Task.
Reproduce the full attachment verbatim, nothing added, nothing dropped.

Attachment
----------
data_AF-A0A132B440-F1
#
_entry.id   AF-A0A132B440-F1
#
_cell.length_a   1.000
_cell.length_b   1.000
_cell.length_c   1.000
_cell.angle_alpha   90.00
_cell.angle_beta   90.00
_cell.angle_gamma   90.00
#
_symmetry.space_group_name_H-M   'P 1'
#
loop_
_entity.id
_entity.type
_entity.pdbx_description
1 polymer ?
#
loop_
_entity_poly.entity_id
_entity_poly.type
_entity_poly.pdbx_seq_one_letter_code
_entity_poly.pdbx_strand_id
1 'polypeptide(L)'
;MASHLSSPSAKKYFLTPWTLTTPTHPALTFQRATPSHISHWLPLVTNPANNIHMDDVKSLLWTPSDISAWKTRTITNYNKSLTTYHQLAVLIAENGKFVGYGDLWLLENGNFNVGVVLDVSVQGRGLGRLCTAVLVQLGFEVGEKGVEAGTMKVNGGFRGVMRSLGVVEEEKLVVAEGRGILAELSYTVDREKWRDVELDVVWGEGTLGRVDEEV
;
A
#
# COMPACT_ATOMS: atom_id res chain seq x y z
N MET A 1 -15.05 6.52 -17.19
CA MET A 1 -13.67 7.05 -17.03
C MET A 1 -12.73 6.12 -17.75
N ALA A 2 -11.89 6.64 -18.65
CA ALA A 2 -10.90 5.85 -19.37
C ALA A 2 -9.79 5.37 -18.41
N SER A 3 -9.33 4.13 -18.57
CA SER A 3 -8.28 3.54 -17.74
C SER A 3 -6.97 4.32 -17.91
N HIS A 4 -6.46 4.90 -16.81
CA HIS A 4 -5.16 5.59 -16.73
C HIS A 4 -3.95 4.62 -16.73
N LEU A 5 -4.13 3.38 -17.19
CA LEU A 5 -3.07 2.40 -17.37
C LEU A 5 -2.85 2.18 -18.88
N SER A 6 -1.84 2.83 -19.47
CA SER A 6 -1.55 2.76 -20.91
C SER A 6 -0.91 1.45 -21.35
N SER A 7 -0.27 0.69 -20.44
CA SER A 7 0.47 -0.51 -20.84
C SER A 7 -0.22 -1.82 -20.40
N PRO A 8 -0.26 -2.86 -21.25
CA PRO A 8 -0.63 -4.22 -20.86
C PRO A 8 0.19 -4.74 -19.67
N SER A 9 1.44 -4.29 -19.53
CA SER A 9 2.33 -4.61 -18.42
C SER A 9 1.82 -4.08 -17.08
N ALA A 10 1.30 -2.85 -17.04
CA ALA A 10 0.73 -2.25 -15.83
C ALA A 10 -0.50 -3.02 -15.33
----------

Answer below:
data_AF-A0A132B440-F1
#
_entry.id   AF-A0A132B440-F1
#
_cell.length_a   1.000
_cell.length_b   1.000
_cell.length_c   1.000
_cell.angle_alpha   90.00
_cell.angle_beta   90.00
_cell.angle_gamma   90.00
#
_symmetry.space_group_name_H-M   'P 1'
#
loop_
_entity.id
_entity.type
_entity.pdbx_description
1 polymer ?
#
loop_
_entity_poly.entity_id
_entity_poly.type
_entity_poly.pdbx_seq_one_letter_code
_entity_poly.pdbx_strand_id
1 'polypeptide(L)'
;MASHLSSPSAKKYFLTPWTLTTPTHPALTFQRATPSHISHWLPLVTNPANNIHMDDVKSLLWTPSDISAWKTRTITNYNKSLTTYHQLAVLIAENGKFVGYGDLWLLENGNFNVGVVLDVSVQGRGLGRLCTAVLVQLGFEVGEKGVEAGTMKVNGGFRGVMRSLGVVEEEKLVVAEGRGILAELSYTVDREKWRDVELDVVWGEGTLGRVDEEV
;
A
#
# COMPACT_ATOMS: atom_id res chain seq x y z
N MET A 1 -15.05 6.52 -17.19
CA MET A 1 -13.67 7.05 -17.03
C MET A 1 -12.73 6.12 -17.75
N ALA A 2 -11.89 6.64 -18.65
CA ALA A 2 -10.90 5.85 -19.37
C ALA A 2 -9.79 5.37 -18.41
N SER A 3 -9.33 4.13 -18.57
CA SER A 3 -8.28 3.54 -17.74
C SER A 3 -6.97 4.32 -17.91
N HIS A 4 -6.46 4.90 -16.81
CA HIS A 4 -5.16 5.59 -16.73
C HIS A 4 -3.95 4.62 -16.73
N LEU A 5 -4.13 3.38 -17.19
CA LEU A 5 -3.07 2.40 -17.37
C LEU A 5 -2.85 2.18 -18.88
N SER A 6 -1.84 2.83 -19.47
CA SER A 6 -1.55 2.76 -20.91
C SER A 6 -0.91 1.45 -21.35
N SER A 7 -0.27 0.69 -20.44
CA SER A 7 0.47 -0.51 -20.84
C SER A 7 -0.22 -1.82 -20.40
N PRO A 8 -0.26 -2.86 -21.25
CA PRO A 8 -0.63 -4.22 -20.86
C PRO A 8 0.19 -4.74 -19.67
N SER A 9 1.44 -4.29 -19.53
CA SER A 9 2.33 -4.61 -18.42
C SER A 9 1.82 -4.08 -17.08
N ALA A 10 1.30 -2.85 -17.04
CA ALA A 10 0.73 -2.25 -15.83
C ALA A 10 -0.50 -3.02 -15.33